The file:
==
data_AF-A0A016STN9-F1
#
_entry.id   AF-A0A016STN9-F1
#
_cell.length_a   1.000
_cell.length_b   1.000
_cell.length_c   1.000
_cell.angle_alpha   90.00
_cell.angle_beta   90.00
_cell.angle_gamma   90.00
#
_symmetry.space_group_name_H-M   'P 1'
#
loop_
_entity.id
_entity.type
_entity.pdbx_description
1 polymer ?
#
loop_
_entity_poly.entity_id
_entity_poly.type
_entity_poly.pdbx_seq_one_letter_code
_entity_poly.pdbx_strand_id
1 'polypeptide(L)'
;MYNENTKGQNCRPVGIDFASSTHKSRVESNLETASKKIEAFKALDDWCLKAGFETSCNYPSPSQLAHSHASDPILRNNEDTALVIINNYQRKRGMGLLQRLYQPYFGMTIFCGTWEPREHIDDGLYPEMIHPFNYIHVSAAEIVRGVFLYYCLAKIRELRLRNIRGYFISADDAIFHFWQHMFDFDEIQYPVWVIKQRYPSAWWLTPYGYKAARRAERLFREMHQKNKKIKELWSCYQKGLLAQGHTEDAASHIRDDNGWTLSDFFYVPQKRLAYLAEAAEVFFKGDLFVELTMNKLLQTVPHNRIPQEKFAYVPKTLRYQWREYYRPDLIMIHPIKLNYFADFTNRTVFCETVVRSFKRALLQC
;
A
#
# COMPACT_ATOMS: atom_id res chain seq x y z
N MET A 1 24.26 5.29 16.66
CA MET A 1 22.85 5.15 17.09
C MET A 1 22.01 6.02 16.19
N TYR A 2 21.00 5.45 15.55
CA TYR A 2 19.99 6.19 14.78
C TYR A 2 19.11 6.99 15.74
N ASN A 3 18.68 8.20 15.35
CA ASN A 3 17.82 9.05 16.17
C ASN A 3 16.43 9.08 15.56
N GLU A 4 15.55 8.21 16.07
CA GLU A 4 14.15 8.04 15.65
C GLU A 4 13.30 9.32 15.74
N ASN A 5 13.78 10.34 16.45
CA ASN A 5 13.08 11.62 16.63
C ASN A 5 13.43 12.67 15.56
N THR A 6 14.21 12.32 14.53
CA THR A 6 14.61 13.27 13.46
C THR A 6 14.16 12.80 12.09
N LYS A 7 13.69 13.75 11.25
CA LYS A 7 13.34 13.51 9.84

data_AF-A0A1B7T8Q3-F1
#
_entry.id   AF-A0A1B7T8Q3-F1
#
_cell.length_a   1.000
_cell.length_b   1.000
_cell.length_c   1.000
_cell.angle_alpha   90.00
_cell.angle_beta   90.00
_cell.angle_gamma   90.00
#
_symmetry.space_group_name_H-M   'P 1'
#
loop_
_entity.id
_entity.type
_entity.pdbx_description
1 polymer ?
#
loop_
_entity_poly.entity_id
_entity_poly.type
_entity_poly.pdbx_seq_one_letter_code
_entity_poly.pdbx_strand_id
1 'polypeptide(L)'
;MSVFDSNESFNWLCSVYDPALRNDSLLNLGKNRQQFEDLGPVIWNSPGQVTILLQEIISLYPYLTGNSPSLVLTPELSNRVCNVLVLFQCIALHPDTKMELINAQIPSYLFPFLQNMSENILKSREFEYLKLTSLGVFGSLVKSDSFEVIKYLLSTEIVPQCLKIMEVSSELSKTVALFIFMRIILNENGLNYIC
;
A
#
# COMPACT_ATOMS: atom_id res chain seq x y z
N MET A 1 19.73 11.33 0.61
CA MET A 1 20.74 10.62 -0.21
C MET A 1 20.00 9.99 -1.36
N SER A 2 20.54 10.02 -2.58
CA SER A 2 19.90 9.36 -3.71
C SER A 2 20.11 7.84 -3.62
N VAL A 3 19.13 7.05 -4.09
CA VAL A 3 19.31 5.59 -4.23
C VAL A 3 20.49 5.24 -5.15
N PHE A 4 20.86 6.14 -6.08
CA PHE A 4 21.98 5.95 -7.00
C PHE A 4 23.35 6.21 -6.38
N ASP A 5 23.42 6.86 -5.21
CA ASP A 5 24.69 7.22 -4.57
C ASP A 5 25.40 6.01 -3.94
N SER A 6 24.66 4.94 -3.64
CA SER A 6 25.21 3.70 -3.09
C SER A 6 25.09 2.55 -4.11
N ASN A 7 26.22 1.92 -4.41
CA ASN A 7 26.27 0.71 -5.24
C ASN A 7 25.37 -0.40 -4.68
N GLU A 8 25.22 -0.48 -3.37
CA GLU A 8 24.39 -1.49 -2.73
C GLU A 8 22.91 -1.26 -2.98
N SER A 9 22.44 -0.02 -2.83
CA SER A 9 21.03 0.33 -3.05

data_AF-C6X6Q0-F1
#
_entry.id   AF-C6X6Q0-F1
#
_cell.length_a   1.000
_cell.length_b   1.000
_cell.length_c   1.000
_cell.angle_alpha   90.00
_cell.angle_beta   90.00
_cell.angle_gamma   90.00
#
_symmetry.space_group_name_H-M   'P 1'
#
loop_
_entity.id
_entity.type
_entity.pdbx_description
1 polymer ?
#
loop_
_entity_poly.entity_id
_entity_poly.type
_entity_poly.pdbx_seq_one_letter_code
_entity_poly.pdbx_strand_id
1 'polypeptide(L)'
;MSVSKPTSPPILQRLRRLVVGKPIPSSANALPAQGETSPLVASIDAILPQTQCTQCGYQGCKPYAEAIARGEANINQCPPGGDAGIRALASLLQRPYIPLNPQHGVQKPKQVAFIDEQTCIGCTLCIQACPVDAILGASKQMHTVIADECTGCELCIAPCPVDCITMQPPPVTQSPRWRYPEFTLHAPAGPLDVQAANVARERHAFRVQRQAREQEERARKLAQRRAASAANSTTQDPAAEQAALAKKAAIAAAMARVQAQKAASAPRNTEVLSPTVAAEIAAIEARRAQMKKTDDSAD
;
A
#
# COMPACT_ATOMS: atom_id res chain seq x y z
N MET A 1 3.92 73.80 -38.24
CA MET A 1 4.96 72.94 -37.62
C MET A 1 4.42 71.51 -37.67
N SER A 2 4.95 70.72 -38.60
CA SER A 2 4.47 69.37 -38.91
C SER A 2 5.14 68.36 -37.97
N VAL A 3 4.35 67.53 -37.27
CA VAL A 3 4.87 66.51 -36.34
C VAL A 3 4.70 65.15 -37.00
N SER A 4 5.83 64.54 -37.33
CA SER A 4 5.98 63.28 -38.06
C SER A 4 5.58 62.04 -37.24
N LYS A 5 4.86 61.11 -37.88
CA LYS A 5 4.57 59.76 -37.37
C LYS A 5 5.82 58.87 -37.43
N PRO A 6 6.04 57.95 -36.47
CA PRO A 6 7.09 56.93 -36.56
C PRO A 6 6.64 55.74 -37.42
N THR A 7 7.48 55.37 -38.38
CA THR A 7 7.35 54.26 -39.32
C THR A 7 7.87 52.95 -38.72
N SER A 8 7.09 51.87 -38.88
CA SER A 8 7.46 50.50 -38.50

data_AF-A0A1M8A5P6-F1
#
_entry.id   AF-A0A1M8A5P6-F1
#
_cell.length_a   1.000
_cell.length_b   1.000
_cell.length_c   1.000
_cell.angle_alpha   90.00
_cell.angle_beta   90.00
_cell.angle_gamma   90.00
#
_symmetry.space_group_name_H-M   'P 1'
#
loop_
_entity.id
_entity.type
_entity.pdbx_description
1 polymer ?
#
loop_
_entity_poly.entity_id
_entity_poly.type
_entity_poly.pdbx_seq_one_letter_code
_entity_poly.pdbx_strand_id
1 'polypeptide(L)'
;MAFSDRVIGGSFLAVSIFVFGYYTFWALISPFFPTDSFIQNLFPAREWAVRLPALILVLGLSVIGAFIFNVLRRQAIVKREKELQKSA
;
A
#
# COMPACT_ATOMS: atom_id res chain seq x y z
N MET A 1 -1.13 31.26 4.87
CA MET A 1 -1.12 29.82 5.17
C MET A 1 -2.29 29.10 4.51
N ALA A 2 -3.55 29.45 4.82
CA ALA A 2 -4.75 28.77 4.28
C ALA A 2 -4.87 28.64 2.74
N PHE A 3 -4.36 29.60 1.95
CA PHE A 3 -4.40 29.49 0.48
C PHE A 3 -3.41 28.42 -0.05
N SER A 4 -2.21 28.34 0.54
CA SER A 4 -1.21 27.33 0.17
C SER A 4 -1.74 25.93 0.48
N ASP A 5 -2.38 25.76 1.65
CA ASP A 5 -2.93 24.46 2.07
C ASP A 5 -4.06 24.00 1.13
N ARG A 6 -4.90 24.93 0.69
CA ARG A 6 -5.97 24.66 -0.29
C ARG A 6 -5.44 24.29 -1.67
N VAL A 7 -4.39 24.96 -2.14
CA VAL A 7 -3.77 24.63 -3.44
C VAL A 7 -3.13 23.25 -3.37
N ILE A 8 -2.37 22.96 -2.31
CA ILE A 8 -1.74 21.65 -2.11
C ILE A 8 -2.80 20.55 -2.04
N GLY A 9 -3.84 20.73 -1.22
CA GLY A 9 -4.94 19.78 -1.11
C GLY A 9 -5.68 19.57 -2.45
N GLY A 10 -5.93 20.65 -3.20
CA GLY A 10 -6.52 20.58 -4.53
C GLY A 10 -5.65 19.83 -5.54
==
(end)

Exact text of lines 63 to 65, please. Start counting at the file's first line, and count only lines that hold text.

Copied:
#
loop_
_entity.id